A business that delivers reliable results is the sum of reliable teams, and reliable teams are the sum of reliable individuals. So, building reliable business results really starts with a leader coaching each team member to deliver reliable individual results.
Personal reliability is a cornerstone of leadership. Ken May began working at FedEx while he was in college. He started at the bottom sorting packages. He gradually worked his way up, becoming the Senior Vice President of North American Operations. He then became CEO of FedEx Kinko’s and is currently CEO of Topgolf. When asked about his career climb, May is quick to say, “I just work hard at whatever I do. I don’t complain. I don’t blame. I just work hard. I’m grateful for my job, my organization and my customers. I try to never promise what I can’t deliver.”
May knows that he can’t expect anything from his employees that he isn’t willing to model. His employees know they have a boss, a friend and an example in May. He, in turn, has a loyal workforce. As May has been heard to say, “Personal reliability at the top is the beginning of a successful organization, a dedicated workforce and loyal customers.”
3 Levels of Leadership
Leadership is an inside job. It starts inside with your personal leadership traits, such as integrity, trust, competence, authenticity – all of which are aspects of personal reliability. In fact, our company logo is a group of three stacked L’s representing the three levels of leadership: personal, team and organizational. You cannot expect your team to be reliable (or any other trait for that matter) if you are not being reliable. Since reliability, like leadership, is built from the inside out, the most important question a leader should ask is, “How reliable am I?”
“Reliability, like leadership, is build from the inside out.” -Lee Colan
Reliability is like rain – everyone knows they need it, but no one wants to get wet. It’s easy to talk about how “they” need to be more reliable, but it can be uncomfortable when we look in the mirror. When was the last time you heard someone say, “I really need to be more reliable”? We want to collect reliable people in our lives and on our teams. We do not want to deal with those who are unreliable. Think about it:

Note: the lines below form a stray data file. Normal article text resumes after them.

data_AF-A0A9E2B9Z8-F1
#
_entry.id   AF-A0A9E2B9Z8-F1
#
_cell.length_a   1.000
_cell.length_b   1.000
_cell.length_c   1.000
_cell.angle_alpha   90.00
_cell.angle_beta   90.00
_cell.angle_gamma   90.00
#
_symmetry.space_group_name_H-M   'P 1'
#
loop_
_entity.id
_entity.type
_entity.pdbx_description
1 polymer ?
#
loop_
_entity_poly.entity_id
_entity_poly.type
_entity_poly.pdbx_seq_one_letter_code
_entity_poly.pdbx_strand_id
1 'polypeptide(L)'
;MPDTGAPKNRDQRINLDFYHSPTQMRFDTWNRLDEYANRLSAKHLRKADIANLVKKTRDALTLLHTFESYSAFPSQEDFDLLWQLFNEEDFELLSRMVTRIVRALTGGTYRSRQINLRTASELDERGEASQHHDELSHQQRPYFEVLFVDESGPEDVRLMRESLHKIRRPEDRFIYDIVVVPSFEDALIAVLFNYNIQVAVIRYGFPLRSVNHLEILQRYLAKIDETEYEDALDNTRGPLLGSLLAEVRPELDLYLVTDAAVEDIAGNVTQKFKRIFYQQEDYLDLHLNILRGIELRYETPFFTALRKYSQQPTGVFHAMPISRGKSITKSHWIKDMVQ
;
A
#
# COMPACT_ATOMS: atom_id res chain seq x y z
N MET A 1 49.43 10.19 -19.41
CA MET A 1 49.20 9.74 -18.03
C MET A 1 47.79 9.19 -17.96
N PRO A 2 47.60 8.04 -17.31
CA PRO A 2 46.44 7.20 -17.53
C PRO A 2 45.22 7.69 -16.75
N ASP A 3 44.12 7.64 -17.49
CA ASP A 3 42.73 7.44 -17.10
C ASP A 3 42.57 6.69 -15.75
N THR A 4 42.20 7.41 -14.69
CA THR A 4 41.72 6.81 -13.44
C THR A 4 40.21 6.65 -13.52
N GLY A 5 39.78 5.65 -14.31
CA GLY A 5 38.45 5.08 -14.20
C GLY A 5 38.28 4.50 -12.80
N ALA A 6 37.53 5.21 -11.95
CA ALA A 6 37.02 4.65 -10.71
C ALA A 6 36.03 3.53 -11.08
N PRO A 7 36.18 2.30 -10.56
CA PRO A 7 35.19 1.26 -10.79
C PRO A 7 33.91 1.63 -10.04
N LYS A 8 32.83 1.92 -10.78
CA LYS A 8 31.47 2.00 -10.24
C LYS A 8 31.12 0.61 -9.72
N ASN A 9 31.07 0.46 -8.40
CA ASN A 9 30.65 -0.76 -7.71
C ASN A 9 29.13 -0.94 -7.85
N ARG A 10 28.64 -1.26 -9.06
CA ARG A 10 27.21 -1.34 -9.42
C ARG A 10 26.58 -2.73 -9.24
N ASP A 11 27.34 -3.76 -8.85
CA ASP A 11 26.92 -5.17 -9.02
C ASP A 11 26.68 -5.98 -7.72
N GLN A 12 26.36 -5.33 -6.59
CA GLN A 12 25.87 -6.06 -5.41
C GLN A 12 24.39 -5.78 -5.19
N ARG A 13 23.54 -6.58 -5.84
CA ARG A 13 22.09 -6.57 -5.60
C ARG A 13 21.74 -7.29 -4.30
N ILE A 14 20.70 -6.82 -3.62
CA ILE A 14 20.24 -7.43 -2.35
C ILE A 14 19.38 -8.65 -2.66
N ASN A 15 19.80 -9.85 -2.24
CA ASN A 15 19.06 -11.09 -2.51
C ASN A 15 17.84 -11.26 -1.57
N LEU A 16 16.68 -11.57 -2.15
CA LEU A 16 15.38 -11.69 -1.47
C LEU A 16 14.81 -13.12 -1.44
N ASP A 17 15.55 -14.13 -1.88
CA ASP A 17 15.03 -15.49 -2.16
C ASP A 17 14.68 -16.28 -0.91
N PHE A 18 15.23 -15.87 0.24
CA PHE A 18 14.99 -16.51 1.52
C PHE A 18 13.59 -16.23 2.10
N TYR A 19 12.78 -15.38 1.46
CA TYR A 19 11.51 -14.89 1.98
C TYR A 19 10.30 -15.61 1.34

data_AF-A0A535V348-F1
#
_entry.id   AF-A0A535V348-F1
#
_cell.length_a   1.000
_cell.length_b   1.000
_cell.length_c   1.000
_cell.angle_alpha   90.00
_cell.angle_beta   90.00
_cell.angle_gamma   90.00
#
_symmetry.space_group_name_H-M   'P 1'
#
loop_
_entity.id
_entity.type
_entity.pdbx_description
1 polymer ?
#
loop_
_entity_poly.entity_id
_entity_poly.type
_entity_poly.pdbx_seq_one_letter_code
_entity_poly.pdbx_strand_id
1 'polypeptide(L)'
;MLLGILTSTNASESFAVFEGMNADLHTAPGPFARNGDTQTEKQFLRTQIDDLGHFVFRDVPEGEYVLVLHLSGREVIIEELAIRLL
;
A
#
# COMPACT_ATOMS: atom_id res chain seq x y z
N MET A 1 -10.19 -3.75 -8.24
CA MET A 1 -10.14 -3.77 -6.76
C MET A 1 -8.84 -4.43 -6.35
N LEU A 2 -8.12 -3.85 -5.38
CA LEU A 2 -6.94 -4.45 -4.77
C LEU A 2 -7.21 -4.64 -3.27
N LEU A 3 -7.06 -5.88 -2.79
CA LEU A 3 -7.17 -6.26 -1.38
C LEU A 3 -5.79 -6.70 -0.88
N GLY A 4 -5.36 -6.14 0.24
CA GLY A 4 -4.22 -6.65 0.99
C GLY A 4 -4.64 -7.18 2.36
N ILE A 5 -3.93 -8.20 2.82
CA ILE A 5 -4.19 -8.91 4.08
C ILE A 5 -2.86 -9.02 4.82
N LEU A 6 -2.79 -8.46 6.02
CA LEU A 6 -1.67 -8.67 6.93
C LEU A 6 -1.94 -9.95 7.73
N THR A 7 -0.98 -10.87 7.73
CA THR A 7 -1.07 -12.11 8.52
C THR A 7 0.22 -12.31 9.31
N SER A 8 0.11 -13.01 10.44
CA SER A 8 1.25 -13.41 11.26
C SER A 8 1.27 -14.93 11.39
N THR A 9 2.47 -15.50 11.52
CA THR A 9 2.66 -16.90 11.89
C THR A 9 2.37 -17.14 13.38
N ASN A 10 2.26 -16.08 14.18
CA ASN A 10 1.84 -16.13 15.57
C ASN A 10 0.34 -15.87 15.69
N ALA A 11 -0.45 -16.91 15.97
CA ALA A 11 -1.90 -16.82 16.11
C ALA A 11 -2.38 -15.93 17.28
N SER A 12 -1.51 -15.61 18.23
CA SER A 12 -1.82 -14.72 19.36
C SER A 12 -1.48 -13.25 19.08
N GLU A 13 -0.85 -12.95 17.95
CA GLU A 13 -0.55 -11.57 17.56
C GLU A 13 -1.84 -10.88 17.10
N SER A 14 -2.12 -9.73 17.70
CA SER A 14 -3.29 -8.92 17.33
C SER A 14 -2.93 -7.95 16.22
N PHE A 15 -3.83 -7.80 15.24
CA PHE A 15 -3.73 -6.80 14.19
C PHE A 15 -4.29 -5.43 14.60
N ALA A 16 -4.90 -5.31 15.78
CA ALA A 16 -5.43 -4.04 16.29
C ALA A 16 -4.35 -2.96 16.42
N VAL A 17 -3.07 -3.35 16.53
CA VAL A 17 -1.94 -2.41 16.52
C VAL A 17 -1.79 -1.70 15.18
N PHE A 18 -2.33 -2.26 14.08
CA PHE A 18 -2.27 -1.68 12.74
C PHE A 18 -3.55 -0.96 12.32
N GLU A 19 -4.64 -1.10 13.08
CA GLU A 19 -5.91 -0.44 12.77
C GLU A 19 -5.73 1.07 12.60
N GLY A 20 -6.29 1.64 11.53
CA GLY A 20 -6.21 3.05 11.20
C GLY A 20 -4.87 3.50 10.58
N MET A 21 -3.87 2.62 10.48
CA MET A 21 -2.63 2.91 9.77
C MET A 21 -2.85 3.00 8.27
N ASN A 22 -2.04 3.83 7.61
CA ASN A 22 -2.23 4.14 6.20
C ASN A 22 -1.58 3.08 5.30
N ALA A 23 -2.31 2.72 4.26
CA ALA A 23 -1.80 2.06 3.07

Reliable people get and keep friends more easily, forge deeper relationships, receive the best opportunities, are granted more autonomy at work, have more self-confidence, live with integrity and carry a clear conscience.
How Reliable Are You?
So, it’s time for you to take a look at yourself. How reliable are you?
After all, you must understand and exhibit reliability before you can expect it from others on your team.
Reliable people have a high say/do ratio. That’s the ratio of things you say you will do to the things you follow through on and do. In a perfect world, your say/do ratio is 1:1, meaning you have done everything that you said you would do. The reliable person has a rhythm of say, do, say, do, say, do. Keeping your word or simply doing the right thing is rarely convenient, but reliable people let their actions rise above their excuses.
Simply being aware of your say/do ratio can help change your behavior – improving your follow-through and more cautiously making promises.
Common, harmless statements we all often hear include: “I’ll call you later,” “I’ll bring that article in for you,” “Let’s have lunch sometime,” “I’ll see if I can find that email and forward it to you,” or “I’ll follow up next week.” They too often are just that – statements with no sense of personal promise behind them.
Reliable people do what they say. It seems so simple and at such a low bar to be reliable. You might ask whether people even remember all those little promises. They might not, but be assured they do notice when you deliver on them. When someone always follows through, it is impressive. It is the quickest way to build credibility and trust with others.
“Reliable people let their actions rise above their excuses.” -Lee Colan
If you want to have a high say/do ratio, really think about your words. When you are about to say something that you will do, stop and ask yourself, “Do I really intend to act on this?” If the answer is “no,” then just don’t say it. Talk is cheap, but actions are like gold.
Being reliable does not mean saying “yes” to everyone. On the contrary, reliable people use discretion when they make commitments because they consider their commitments as personal promises to others. However, most people tend to slip on their commitments because they overestimate their available free time, want to please others, have unclear priorities and lack guiding principles for when to say “yes” or “no” to requests.
Natural barriers to negotiating achievable expectations include common human needs to please others, be accepted by them, be viewed as competent, be liked and to avoid conflict. Unfortunately, these needs are short-term versus long-term, revolve around my needs versus team needs and reflect insecurity versus confidence.
4 Keys of Personal Reliability
The four keys of personal reliability address these barriers:
- Know yourself
- Know your priorities
- Manage timelines vs. deadlines
- Speak the language of reliability
When all is said and done,
more is said than done.
– Aesop, Greek storyteller and author, Aesop’s Fables